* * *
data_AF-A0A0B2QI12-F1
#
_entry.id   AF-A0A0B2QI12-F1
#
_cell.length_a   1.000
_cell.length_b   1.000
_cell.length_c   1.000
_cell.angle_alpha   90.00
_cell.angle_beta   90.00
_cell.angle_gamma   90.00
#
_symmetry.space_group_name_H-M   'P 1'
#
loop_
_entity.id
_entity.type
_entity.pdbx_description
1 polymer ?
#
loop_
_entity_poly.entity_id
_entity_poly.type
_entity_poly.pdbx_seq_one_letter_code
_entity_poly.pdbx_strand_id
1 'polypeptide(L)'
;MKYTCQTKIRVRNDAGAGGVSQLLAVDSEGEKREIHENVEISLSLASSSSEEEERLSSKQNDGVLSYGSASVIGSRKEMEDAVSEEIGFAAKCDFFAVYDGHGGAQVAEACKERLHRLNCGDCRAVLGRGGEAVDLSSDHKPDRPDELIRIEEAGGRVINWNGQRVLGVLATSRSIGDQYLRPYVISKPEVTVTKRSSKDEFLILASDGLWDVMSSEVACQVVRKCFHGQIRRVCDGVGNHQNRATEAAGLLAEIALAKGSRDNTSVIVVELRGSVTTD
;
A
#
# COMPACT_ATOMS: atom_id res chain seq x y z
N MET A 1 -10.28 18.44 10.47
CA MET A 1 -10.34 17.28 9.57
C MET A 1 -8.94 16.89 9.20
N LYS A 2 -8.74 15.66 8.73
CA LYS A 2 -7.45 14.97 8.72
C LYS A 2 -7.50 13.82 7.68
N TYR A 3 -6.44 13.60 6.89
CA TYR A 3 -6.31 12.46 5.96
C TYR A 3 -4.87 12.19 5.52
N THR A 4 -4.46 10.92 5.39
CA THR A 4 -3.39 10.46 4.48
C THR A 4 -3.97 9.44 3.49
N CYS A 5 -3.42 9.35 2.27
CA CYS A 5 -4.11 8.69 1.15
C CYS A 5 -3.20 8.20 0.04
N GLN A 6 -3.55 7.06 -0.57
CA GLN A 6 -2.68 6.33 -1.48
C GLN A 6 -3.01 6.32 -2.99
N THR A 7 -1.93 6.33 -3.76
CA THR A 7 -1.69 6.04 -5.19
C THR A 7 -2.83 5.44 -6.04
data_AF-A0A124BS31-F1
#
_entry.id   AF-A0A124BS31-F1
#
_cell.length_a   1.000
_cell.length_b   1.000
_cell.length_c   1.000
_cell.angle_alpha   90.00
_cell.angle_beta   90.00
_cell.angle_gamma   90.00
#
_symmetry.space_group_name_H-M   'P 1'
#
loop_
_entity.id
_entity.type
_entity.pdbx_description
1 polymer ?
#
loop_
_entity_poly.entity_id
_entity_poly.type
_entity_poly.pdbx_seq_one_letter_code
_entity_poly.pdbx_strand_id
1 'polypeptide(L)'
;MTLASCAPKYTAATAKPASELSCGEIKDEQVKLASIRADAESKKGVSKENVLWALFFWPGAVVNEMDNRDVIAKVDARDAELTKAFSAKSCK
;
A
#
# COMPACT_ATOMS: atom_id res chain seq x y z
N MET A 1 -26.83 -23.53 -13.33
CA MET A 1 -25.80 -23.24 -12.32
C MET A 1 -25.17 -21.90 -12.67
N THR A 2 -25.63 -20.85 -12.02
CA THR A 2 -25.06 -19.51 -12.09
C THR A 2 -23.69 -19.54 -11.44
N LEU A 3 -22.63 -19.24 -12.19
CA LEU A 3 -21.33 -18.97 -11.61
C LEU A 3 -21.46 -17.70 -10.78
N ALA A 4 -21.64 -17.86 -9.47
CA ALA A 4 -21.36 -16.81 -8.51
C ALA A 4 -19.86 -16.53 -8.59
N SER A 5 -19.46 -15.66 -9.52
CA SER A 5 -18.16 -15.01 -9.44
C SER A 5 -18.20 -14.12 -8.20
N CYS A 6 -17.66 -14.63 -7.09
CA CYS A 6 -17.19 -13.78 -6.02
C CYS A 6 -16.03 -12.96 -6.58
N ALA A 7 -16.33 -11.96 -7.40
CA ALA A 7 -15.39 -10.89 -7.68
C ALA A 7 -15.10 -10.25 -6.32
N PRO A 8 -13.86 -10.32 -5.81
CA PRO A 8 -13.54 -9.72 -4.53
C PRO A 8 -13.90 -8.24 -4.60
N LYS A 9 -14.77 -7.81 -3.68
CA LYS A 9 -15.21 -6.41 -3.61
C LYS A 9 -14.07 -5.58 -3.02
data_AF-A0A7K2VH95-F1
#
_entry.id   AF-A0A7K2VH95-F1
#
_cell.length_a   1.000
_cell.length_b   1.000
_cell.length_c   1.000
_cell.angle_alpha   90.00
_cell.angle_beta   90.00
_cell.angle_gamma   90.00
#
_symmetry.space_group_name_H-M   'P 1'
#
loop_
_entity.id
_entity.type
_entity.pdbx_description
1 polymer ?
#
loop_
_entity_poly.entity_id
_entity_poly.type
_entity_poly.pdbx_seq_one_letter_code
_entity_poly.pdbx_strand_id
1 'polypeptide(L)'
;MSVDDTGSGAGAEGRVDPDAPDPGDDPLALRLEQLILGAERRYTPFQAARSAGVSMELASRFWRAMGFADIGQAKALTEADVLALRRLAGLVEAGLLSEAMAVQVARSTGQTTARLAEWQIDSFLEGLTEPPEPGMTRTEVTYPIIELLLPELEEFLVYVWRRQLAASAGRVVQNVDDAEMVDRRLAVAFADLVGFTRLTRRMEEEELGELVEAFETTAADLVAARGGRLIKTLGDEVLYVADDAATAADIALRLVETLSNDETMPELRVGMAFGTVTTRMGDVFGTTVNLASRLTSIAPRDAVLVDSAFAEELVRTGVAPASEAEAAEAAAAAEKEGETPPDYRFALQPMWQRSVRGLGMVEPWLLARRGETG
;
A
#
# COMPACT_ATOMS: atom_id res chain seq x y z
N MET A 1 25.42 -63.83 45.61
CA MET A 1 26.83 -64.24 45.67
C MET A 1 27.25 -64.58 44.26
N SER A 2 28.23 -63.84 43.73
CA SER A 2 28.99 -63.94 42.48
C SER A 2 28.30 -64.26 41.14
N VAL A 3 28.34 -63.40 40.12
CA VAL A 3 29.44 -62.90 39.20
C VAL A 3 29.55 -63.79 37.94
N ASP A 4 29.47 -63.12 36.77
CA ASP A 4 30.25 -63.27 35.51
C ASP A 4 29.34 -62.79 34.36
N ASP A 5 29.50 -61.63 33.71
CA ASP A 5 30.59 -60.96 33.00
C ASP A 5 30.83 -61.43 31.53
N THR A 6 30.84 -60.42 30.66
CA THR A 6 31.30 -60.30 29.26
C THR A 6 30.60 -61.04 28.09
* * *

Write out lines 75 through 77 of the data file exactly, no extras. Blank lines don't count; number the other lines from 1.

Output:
_entity_poly.pdbx_strand_id
1 'polypeptide(L)'
;MTLASCAPKYTAATAKPASELSCGEIKDEQVKLASIRADAESKKGVSKENVLWALFFWPGAVVNEMDNRDVIAKVDARDAELTKAFSAKSCK